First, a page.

UBIT tax for debt-financed investments
UBIT stands for Unrelated Business Income Tax. It applies when an IRA makes a debt-financed investment, for example in real estate or a business.
Any portion of the investment that is attributable to debt is not tax exempt and therefore taxable. You can reduce this taxable portion by expenses such as depreciation.
UBIT tax also applies when an IRA buys LLC ownership in an operating business that is a pass-through entity for taxes (e.g. partnership). A pass-through company has net taxable income that flows down to the IRA as ordinary income, reported on Schedule K-1. It is taxable to the IRA as it does not qualify under any of the investment income exemptions.
UBTI – Unrelated Business or Trade Income
UDFI – Unrelated Debt-Financed Income, it comes into play when buying a property with a loan
If you actively operate or trade a business with funds from the IRA, then any income earned will be taxed.
How to set up a self-directed IRA?
When setting up a SDIRA, you first have to decide if you want an onshore or an offshore IRA.
For an offshore IRA you most likely need a different custodian. US investment firm usually only allow a US LLC. Talk to an experienced advisor about setting up an offshore IRA.
Is a Solo 401(k) a good alternative to a SDIRA?
You may have or heard about a Solo 401(k) as great retirement plan for self-employed entrepreneurs.
Note that only the self-employed can use a Solo 401(k). If you are employed or run a business with employees (other than your spouse) then a self-directed Solo 401(k) is not an option.
A solo 401(k) is a good alternative to a self-directed IRA for self-employed people who want to maximize their tax-advantaged savings. The contribution limit for a Solo 401(k) is with $54,000 much higher than the annual IRA contribution limit. A Solo 40k1k also allows you to contribute up to $18,000 into a Roth solo 401k, regardless of your income level.
A self-directed IRA however is easier and cheaper to set up. So if you already have significant savings in a regular IRA it may make more sense to use those savings and invest via a SDIRA.
You should also take into account the investment type when deciding between solo 401(k) and SDIRA. If you plan to invest in real estate and have debt associated with the investment, the 401(k) offers tax advantages. UDFI, which is Unrelated Debt-Financed Income, triggers Unrelated Business Income Tax, UBIT. A solo 401(k) is exempt from UDFI tax on leveraged real estate.
Don’t forget about the Required Minimum Distribution
Many investors forget about required minimum distributions when investing in non-liquid assets like real estate in a self-directed IRA.
People reaching the age of 70.5 must have enough liquid assets in their account to meet the minimum distribution requirement.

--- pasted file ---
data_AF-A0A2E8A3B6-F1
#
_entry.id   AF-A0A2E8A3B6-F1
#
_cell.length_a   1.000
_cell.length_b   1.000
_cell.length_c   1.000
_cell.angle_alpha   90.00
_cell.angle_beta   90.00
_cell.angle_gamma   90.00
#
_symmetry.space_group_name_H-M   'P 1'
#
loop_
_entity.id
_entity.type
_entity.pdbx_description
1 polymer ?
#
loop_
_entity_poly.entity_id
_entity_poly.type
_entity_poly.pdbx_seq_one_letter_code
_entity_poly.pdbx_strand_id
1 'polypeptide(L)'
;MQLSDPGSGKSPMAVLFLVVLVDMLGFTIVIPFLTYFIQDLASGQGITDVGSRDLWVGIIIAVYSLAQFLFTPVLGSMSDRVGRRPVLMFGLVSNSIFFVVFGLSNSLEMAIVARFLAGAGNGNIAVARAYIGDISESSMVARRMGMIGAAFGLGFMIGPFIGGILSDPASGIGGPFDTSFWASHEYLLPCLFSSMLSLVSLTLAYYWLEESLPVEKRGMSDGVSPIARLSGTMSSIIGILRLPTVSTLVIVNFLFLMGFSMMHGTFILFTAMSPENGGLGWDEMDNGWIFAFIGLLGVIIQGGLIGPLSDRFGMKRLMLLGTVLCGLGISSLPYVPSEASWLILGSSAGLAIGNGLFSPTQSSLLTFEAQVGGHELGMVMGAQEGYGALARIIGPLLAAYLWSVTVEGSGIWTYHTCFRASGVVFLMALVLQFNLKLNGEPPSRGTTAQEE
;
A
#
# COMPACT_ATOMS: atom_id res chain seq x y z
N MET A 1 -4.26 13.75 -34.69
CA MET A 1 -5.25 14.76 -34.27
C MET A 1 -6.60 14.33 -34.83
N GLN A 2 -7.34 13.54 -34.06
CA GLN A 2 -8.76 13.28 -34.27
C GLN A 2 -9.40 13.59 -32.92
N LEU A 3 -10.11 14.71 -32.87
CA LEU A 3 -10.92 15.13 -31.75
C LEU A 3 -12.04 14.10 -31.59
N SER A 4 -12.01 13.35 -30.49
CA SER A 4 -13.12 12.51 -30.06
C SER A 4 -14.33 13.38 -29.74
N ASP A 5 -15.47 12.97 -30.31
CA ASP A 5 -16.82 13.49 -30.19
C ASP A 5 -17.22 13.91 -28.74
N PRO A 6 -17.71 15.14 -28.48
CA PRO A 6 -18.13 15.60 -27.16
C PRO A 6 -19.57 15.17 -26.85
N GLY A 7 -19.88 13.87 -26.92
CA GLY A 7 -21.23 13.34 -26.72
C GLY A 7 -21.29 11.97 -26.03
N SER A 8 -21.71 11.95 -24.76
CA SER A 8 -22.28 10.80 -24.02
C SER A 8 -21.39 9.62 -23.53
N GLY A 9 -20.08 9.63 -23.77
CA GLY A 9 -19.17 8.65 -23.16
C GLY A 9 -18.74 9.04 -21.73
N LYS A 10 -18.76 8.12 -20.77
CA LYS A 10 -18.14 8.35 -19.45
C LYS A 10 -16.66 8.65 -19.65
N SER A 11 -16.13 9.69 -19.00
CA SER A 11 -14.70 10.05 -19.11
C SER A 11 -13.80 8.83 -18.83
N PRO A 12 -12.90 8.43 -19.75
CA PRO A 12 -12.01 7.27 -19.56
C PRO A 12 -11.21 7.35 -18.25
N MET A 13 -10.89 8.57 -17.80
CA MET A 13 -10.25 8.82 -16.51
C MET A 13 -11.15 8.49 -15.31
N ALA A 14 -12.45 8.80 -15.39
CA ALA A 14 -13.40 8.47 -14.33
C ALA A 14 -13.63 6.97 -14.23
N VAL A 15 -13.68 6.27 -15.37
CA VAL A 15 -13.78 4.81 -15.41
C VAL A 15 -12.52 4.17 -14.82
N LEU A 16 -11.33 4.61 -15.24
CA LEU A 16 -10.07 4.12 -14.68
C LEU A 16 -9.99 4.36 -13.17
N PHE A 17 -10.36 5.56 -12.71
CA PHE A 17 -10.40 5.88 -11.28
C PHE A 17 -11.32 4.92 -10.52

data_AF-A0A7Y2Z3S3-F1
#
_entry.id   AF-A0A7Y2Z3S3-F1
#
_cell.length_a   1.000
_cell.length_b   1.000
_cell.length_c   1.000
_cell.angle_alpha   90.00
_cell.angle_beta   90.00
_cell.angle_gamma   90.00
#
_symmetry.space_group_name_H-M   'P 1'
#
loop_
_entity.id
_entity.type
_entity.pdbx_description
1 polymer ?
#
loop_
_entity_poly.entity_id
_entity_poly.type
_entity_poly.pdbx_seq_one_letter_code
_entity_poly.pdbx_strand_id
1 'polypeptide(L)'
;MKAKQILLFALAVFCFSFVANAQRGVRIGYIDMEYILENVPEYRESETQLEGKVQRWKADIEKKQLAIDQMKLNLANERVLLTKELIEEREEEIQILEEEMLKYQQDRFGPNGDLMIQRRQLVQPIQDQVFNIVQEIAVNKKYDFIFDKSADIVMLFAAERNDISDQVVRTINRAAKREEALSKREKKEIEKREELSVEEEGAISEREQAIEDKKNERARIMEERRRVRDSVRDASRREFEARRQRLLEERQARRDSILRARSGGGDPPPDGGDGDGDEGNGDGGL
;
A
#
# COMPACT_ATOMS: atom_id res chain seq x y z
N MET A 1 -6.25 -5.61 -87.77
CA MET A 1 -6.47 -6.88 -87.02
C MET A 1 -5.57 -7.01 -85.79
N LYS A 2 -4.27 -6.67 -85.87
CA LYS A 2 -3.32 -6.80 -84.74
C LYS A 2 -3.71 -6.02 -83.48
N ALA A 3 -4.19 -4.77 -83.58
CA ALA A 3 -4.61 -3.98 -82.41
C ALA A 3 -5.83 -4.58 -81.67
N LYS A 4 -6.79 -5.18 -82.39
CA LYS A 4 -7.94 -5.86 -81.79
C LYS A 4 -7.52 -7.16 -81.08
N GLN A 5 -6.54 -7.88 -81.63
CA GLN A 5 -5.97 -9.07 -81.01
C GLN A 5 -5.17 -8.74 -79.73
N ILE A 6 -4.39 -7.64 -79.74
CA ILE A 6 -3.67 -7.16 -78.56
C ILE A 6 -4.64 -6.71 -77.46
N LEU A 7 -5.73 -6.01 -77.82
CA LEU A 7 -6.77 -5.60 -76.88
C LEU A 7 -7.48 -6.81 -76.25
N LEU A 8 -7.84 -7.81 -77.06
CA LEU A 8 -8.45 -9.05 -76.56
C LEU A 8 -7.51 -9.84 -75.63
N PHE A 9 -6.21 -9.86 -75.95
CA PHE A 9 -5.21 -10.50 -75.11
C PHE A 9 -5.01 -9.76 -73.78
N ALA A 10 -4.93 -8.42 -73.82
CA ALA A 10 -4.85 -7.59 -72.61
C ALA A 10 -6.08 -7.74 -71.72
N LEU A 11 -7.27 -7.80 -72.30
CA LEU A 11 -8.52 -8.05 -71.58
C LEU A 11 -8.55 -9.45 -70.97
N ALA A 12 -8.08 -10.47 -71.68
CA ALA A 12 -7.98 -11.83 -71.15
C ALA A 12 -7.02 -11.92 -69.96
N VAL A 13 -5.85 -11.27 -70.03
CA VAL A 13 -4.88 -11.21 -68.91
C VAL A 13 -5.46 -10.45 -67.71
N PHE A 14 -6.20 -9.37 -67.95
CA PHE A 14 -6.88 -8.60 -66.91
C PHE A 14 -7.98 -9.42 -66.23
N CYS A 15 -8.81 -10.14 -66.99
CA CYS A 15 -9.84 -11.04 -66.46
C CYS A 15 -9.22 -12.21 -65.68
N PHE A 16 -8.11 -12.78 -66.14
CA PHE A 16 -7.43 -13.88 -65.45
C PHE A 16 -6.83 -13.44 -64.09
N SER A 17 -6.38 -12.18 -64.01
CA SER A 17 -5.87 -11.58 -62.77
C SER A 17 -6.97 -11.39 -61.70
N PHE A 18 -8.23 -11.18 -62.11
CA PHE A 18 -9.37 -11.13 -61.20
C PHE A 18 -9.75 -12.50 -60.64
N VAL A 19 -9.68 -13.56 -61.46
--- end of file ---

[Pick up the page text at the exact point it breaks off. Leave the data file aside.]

If not then they would need to do a partial distribution of their asset annually. This means getting a valuation each year (of an investment property for example) and having it distributed so that part of it is taxable and reportable on their tax return. This can create a lot of paperwork and headache that investors may not want.
What is self-dealing and how to avoid it?
While a self-directed IRA provides immense investment choices, it prohibits certain transactions. You cannot self-deal, meaning making transactions that benefit you, your close family members or your business (disqualified parties).
For example, you can’t hold real estate that you or your beneficiary or other disqualified person lives in. Similarly, you cannot invest in shares of your own business within your IRA. You can also not loan money from the IRA to yourself or a disqualified party.
Disqualified parties include your spouse, parents, grandparents, children and grandchildren and any companies owned by them. Furthermore, a fiduciary and any person providing services to the plan, such as a CPA or attorney, and their companies are disqualified.
The penalties for conducting prohibited transactions are severe. The prohibited transaction may incur a tax penalty of up to 100% of the transacted amount. In addition the entire IRA account may lose its tax-deferred status.
Self-directed IRAs have substantial benefits but also pitfalls
As you can see, self-directed IRAs offer substantial benefits through flexible investment choices, but also harsh tax pitfalls if not done right. You have to know the rules and play by them.
I’ve seen countless times people taking money out of their regular IRA, subject to penalties and bumping up to a higher tax bracket, only to make an investment that they otherwise could have made with a self-directed IRA.
If you want to invest in foreign real estate using money in your retirement accounts, consider a self-directed IRA. Schedule a consultation to find the best option for you.